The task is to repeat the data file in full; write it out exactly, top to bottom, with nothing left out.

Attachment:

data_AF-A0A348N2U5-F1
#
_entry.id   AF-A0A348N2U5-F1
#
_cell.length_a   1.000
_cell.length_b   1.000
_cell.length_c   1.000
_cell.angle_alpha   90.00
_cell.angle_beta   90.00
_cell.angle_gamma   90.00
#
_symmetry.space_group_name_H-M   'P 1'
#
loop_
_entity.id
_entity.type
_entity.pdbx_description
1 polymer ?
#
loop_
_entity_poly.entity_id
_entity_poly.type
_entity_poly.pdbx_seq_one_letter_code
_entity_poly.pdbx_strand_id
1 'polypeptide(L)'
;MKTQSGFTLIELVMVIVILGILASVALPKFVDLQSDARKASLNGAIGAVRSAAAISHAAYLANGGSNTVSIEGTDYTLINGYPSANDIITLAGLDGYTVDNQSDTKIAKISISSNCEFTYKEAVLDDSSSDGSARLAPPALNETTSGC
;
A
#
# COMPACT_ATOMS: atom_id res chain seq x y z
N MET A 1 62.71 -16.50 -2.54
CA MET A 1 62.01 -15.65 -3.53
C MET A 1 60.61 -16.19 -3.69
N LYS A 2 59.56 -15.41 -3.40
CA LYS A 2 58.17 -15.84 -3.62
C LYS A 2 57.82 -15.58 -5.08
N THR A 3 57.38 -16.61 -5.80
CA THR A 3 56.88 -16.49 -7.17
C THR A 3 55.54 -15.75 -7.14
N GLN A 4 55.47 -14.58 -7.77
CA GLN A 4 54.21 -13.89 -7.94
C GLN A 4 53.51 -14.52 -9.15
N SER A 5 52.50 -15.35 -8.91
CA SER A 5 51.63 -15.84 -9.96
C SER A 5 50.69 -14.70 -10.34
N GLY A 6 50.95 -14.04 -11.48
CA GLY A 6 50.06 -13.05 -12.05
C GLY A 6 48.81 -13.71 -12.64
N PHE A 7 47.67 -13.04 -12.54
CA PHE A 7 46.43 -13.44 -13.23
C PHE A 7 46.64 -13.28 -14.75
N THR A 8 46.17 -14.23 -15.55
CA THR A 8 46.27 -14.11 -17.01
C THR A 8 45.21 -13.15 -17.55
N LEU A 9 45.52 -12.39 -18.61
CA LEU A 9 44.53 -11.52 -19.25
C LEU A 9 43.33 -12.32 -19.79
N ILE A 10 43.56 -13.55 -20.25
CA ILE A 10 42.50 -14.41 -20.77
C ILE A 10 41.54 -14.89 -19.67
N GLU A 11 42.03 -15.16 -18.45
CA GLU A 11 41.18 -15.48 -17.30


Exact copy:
data_AF-A0A348N2U5-F1
#
_entry.id   AF-A0A348N2U5-F1
#
_cell.length_a   1.000
_cell.length_b   1.000
_cell.length_c   1.000
_cell.angle_alpha   90.00
_cell.angle_beta   90.00
_cell.angle_gamma   90.00
#
_symmetry.space_group_name_H-M   'P 1'
#
loop_
_entity.id
_entity.type
_entity.pdbx_description
1 polymer ?
#
loop_
_entity_poly.entity_id
_entity_poly.type
_entity_poly.pdbx_seq_one_letter_code
_entity_poly.pdbx_strand_id
1 'polypeptide(L)'
;MKTQSGFTLIELVMVIVILGILASVALPKFVDLQSDARKASLNGAIGAVRSAAAISHAAYLANGGSNTVSIEGTDYTLINGYPSANDIITLAGLDGYTVDNQSDTKIAKISISSNCEFTYKEAVLDDSSSDGSARLAPPALNETTSGC
;
A
#
# COMPACT_ATOMS: atom_id res chain seq x y z
N MET A 1 62.71 -16.50 -2.54
CA MET A 1 62.01 -15.65 -3.53
C MET A 1 60.61 -16.19 -3.69
N LYS A 2 59.56 -15.41 -3.40
CA LYS A 2 58.17 -15.84 -3.62
C LYS A 2 57.82 -15.58 -5.08
N THR A 3 57.38 -16.61 -5.80
CA THR A 3 56.88 -16.49 -7.17
C THR A 3 55.54 -15.75 -7.14
N GLN A 4 55.47 -14.58 -7.77
CA GLN A 4 54.21 -13.89 -7.94
C GLN A 4 53.51 -14.52 -9.15
N SER A 5 52.50 -15.35 -8.91
CA SER A 5 51.63 -15.84 -9.96
C SER A 5 50.69 -14.70 -10.34
N GLY A 6 50.95 -14.04 -11.48
CA GLY A 6 50.06 -13.05 -12.05
C GLY A 6 48.81 -13.71 -12.64
N PHE A 7 47.67 -13.04 -12.54
CA PHE A 7 46.43 -13.44 -13.23
C PHE A 7 46.64 -13.28 -14.75
N THR A 8 46.17 -14.23 -15.55
CA THR A 8 46.27 -14.11 -17.01
C THR A 8 45.21 -13.15 -17.55
N LEU A 9 45.52 -12.39 -18.61
CA LEU A 9 44.53 -11.52 -19.25
C LEU A 9 43.33 -12.32 -19.79
N ILE A 10 43.56 -13.55 -20.25
CA ILE A 10 42.50 -14.41 -20.77
C ILE A 10 41.54 -14.89 -19.67
N GLU A 11 42.03 -15.16 -18.45
CA GLU A 11 41.18 -15.48 -17.30